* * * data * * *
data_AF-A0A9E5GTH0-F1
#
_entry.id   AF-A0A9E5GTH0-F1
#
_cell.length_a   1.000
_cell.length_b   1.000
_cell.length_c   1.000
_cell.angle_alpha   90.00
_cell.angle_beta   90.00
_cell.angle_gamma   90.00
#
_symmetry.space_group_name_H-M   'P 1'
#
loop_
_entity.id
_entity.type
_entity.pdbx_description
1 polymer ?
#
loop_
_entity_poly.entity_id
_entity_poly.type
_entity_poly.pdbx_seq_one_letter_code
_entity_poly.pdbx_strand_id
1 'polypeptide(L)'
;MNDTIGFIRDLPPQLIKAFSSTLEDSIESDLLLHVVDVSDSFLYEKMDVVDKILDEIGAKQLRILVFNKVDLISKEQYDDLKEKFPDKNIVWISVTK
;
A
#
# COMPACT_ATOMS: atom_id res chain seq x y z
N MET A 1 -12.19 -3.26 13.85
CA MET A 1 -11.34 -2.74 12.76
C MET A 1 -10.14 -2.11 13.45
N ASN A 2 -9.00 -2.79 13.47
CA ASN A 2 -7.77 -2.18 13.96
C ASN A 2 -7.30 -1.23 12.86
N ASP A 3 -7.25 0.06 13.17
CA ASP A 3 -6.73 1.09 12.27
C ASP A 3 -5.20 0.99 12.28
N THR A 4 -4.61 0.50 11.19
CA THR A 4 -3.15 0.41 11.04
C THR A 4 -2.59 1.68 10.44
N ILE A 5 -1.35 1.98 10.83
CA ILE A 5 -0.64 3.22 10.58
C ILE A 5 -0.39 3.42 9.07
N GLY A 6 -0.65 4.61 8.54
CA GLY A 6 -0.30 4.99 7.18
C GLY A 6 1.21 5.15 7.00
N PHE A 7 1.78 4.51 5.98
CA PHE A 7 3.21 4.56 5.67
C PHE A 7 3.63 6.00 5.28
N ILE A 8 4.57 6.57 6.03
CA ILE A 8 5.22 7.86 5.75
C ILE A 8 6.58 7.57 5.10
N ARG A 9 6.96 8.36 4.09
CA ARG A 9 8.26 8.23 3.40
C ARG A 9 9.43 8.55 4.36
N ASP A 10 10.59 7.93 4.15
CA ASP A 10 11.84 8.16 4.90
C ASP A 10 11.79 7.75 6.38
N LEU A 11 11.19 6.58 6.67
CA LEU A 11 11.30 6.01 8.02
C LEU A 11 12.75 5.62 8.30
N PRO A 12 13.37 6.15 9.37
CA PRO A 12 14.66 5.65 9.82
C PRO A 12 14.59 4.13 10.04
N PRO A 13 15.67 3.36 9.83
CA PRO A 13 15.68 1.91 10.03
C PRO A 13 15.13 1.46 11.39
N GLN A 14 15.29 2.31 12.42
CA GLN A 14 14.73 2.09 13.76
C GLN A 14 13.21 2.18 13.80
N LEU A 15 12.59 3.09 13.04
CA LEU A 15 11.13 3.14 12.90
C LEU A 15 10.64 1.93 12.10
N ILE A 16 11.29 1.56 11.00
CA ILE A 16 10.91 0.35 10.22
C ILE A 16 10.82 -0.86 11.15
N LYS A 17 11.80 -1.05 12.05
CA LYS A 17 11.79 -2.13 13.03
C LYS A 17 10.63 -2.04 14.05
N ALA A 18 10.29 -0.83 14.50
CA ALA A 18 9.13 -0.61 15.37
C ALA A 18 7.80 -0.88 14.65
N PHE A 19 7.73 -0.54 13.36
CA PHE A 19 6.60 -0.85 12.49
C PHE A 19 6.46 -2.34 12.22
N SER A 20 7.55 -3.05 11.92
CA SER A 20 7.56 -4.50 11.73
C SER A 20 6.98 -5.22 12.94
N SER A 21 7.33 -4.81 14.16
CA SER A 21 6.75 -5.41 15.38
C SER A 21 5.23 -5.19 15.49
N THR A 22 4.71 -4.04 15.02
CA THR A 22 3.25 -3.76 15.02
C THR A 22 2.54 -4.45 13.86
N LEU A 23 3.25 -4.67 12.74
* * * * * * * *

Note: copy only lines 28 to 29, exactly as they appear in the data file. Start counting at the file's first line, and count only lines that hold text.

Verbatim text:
A
#